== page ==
Joint Health: Pain in the Act

Supplements with quality research to supports claims can help those who already suffer from joint or muscle pain, or those who are trying to prevent it.

Christopher Baker, CEO of Global Clinicals, Inc

May 10, 2017

3 Min Read
Joint Health: Pain in the Act

No matter how young or old, it’s common to experience some form of pain associated with exercise. Some pain is “good"—meaning it’s a sign the body’s being taxed to stimulate muscle growth, increase strength and/or improve endurance. But some pain is bad, and the level of pain isn’t always a full indication of the severity of the injury. Some serious injuries may not be that painful, and some minor injuries may cause intense or unceasing pain. Any acute injury needs to be addressed as soon as possible by a medical doctor, preferably a specialist.

Pain also comes from minor injuries or from a slow grind of months or years of accumulated damage. These injuries can be addressed with supplements that have been proven to reduce injury and damage. In fact, one of the best strategies is to address joint and ligament problems before they occur. After all, a lifetime of training will eventually cause wear and tear that ultimately results in injury or compromise. This often leads to compensation to protect the injured joint or area, which causes other areas of the body to suffer, resulting in further joint or muscle stresses that can lead to additional injuries.

Supplements that support joint and cartilage health can address joint and muscle pain.

Two supplements for supporting joints are glucosamine and chondroitin. These research-supported supplements should be taken before—and especially after—an injury to a joint.

Glucosamine is an important component of synovial fluid, which lubricates your joints to prevent damage. It also helps generate new cartilage by activating chondrocyte cells, helping to slow cartilage degeneration and repair connective tissue.

Chondroitin is a primary structural component of joint cartilage, and it’s beneficial for treating osteoarthritis and joint inflammation.

Studies performed by Global Clinicals found MoveFree® Advanced from Schiff Nutrition, which contains glucosamine and chondroitin, improved joint comfort and joint function after one week of supplementation. For best results consider taking a supplement that contains glucosamine and chondroitin to help prevent or recover from injury.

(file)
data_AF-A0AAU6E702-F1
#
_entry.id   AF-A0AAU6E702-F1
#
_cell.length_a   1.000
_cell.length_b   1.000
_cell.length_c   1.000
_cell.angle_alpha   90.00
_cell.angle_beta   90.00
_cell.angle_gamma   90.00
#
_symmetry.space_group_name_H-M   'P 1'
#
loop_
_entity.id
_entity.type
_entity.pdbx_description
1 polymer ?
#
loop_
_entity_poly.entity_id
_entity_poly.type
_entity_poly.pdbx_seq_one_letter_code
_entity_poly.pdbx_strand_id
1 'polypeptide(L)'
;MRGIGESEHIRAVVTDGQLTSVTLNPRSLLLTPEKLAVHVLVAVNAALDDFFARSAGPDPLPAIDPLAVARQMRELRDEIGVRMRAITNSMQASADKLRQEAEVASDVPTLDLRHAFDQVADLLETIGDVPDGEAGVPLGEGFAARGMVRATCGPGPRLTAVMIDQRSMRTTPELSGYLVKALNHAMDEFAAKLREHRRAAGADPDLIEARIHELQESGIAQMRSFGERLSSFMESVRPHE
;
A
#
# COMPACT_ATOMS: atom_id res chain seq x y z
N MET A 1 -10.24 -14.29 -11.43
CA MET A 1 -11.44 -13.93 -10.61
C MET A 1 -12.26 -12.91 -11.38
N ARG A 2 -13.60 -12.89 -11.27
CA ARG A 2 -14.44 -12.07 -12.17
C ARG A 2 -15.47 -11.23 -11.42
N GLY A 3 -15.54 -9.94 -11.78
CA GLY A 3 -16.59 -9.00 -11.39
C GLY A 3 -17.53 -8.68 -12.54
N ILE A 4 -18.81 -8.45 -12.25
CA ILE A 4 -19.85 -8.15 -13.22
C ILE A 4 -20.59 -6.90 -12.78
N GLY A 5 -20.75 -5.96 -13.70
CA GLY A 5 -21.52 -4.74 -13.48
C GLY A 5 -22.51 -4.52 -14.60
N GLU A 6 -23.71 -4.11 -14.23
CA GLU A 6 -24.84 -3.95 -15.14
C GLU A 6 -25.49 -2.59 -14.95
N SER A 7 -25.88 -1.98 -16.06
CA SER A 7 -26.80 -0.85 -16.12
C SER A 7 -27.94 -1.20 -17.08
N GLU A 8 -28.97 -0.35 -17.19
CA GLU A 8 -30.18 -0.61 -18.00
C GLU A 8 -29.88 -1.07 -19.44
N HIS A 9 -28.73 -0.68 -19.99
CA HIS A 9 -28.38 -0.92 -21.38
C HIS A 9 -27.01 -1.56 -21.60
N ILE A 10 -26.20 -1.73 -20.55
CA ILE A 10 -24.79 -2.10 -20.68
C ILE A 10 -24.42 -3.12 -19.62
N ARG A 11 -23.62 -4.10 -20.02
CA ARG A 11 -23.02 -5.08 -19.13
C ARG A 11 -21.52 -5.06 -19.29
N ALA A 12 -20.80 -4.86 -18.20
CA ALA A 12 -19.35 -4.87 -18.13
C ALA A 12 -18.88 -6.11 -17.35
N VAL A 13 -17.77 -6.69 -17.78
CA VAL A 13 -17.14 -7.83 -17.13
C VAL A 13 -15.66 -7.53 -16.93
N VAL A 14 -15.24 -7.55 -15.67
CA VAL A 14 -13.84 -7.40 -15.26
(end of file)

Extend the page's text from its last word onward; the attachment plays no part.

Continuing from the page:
Topical products are an option to reduce muscle soreness.

One of the limiting factors in making athletic improvements is how long it takes to recover from training bouts. In addition to supplements to support muscle recovery from within, topical supplements also play a role in reducing muscle soreness, as well as decreasing inflammation and bruising. Training with muscle soreness often leads athletes and casual trainers to use improper form, which can impact joint or structural integrity, causing injury and damage over time.

Arnica, derived from the Arnica plant, has been used for centuries to reduce muscle pain. It’s particularly effective when applied topically before and after workouts.

A study of Arnicare® from Boiron USA, performed by Global Clinicals, Inc., showed that this arnica product helped reduce muscle stiffness and may be beneficial for reducing muscle soreness, as well. For best results, consider using a topical arnica product before and after exercise; you may even use arnica in place of OTC analgesics and anti-inflammatory drugs.

Painless Choice

While it’s critical to train with good form, you should also have a back-up plan, using proved supplements in products that research demonstrates will support your muscles, joints and cartilage to help reduce pain for better performance. Doing what you can to prevent both muscle soreness and joint wear and tear will help you train at your peak for far longer in your life and athletic endeavors.

Christopher Baker is the CEO of Global Clinicals, Inc., a dietary supplement and OTC drug CRO based in Los Angeles.

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